Gasoline (gas), also called petrol in the U.K, degrades over time which can lead to problems ranging from engines having difficulty starting or not even starting at all. Answering how long it takes for gas to go bad is a bit more difficult to answer.
When this question popped into my head, my initial thought was if crude oil can last millions of years under the ground, why does gas ever go bad above the ground?
Here’s what I found out.
Gas is mostly a mixture of hydrogen and carbon atoms bonded together, forming something called a hydrocarbon. During the refining process, impurities are removed and substances are added so that the gas achieves the desired octane number rating. By the time it reaches our gas tanks, it’s a very different substance from crude oil.
One characteristic of gas is volatility. Volatility is how easily and under what conditions gas vaporizes so it can be efficiently burned in an engine. The most highly volatile components in the gas evaporate over time. As this happens, the remaining fuel’s volatility and ability to combust degrades. The less volatile the gas, the less effectively it burns in an engine. This results in diminished engine performance or the engine not running at all.
The minute gas is removed from its container it begins oxidizing. As hydrocarbons react with the air, solid gummy substances begin to form. As this gummy substance builds up, it can form deposits and clog gas lines, filters, etc. These deposits can cause a car to run very poorly, or not at all until they’re removed.
Most of the gas in the U.S. is made with up to 10 percent ethanol called E10. In the Midwest, the heartland of ethanol production, ethanol can make up to 85 percent (E85) of the gas. Why ethanol is being put into gas in the first place is another question that I will address in a future post.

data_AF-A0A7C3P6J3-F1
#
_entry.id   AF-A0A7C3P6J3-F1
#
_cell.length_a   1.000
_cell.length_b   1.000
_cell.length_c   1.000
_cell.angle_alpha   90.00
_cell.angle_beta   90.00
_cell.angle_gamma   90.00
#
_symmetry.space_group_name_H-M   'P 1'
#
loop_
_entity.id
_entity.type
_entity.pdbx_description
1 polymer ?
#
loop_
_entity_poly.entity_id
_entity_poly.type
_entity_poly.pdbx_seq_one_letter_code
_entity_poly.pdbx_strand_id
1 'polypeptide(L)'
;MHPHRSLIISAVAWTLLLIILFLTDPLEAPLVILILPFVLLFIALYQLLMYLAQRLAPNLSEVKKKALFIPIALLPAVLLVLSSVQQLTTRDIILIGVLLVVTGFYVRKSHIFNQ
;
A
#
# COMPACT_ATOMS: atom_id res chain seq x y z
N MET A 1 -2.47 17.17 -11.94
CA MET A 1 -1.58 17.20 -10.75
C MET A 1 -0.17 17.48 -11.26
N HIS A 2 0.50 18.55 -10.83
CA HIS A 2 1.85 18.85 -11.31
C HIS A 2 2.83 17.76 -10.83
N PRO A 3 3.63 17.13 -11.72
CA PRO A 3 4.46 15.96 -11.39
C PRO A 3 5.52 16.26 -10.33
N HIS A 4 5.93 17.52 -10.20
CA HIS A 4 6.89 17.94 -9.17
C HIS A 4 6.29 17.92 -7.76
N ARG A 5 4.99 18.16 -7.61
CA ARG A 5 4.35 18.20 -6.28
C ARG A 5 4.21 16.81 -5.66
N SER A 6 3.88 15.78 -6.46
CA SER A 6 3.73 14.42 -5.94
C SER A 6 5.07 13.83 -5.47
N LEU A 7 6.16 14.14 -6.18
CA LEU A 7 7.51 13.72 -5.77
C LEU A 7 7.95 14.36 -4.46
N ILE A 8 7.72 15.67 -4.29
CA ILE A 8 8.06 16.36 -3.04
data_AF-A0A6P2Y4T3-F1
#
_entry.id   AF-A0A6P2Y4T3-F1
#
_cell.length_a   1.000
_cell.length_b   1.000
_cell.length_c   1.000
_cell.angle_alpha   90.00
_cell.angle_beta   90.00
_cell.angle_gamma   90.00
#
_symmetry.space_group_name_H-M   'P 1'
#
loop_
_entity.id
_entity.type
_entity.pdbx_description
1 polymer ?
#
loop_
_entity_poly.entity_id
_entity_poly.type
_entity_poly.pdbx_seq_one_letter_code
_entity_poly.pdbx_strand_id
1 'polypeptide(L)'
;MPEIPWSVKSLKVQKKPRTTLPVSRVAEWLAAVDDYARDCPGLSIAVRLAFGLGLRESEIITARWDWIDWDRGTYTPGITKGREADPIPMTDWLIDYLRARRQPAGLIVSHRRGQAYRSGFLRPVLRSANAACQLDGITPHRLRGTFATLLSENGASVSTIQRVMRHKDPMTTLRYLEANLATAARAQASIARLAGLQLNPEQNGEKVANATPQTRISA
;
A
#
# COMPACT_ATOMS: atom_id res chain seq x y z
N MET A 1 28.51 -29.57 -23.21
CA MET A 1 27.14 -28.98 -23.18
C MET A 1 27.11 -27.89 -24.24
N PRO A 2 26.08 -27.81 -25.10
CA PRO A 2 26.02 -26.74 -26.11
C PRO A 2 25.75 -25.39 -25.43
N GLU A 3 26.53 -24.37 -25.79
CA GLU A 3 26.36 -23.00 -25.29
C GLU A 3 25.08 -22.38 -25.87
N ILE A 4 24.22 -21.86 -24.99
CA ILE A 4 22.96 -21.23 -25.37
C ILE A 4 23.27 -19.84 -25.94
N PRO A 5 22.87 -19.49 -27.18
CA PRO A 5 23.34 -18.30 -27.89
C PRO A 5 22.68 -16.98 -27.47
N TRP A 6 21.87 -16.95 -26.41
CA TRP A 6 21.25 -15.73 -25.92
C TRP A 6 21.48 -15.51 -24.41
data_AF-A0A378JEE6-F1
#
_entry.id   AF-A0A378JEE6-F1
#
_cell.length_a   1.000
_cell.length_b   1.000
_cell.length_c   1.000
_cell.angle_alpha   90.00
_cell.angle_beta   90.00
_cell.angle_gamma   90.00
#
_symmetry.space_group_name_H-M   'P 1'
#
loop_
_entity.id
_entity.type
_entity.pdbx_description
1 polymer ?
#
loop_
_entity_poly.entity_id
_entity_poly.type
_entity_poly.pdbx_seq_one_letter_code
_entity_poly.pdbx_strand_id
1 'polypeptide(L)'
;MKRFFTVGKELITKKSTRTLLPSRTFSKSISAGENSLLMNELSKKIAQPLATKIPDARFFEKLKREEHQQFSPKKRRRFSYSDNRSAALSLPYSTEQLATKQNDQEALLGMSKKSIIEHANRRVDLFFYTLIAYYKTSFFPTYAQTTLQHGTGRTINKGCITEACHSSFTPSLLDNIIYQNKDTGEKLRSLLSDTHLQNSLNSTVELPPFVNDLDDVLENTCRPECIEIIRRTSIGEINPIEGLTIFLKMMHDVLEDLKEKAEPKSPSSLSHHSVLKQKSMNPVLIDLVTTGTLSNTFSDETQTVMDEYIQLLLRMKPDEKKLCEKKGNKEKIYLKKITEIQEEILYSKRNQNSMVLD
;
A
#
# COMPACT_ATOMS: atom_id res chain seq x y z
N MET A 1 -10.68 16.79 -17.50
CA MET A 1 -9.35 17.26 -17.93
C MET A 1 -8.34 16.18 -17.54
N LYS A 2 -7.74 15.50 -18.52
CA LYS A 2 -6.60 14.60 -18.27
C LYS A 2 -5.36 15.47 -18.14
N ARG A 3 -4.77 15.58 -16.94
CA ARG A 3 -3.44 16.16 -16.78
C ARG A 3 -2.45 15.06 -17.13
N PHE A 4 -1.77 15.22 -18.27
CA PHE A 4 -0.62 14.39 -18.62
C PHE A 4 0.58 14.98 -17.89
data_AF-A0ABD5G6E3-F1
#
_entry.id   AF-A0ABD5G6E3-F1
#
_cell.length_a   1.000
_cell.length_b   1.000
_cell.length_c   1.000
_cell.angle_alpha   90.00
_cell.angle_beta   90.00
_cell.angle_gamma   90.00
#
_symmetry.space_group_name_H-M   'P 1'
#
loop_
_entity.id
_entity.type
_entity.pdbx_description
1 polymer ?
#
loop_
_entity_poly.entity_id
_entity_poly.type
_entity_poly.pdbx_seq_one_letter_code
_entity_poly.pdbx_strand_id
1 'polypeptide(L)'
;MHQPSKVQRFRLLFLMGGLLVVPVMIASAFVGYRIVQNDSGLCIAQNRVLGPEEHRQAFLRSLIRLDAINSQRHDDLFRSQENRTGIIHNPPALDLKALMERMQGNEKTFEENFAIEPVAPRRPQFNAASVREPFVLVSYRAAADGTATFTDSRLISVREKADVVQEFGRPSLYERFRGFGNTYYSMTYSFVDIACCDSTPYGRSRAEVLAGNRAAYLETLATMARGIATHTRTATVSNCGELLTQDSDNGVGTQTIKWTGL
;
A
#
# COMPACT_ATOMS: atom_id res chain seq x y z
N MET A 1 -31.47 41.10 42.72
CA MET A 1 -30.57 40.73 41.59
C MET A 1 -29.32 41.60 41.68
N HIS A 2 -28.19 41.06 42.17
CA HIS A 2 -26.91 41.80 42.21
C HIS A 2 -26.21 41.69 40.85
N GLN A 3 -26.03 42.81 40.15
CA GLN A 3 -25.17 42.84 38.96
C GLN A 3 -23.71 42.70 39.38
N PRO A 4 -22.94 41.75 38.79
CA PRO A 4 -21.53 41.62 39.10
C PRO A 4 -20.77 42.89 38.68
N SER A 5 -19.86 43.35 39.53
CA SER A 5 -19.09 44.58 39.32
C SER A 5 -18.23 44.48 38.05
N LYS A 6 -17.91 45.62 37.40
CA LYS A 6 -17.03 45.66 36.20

Anyways, ethanol is hydrophilic, meaning it bonds with water. Over time, the ethanol in your gas will start sucking in water vapor from the air and getting it into your gas, which will then get into your engine. Water and engines together are bad news.
So, how long can you safely store gas? Well, there isn’t a one size fits all answer here. There are too many variables in play such as how fresh the gas was when you put it in your vehicle, shipping conditions, how it was processed, local humidity, etc. I’ve seen people use gas that has been sitting around for years with no issue. However, it’s probably wise to play it safe and only use gas that has been stored less than a few months if at all possible.
One way is to tell if gasoline has gone bad is to eyeball it. Oxidized fuel turns darker over time and will likely have more of a sour smell to it. You can check this by pouring some of the old gas and some of the new gas in clear containers and observing them next to each other. If your old gas looks noticeably darker than the fresh gas, you should probably throw it out.
If you need to store gas for an extended period of time, store it in a cool, low-oxygen environment. Using a fuel stabilizer might also be helpful. I’ve found that fuel stabilizers are popular with “doomsday scenario” folks. I’m clearly not an expert here, so do your own research and decide what works best for you.
- Drivers in the United States account for nearly 50% of the world’s gasoline consumption.
- Roughly 19 gallons of gasoline can be refined from a barrel of oil (about 42 gallons).
- The average annual salary for an oil rig worker is about $100,000 per year.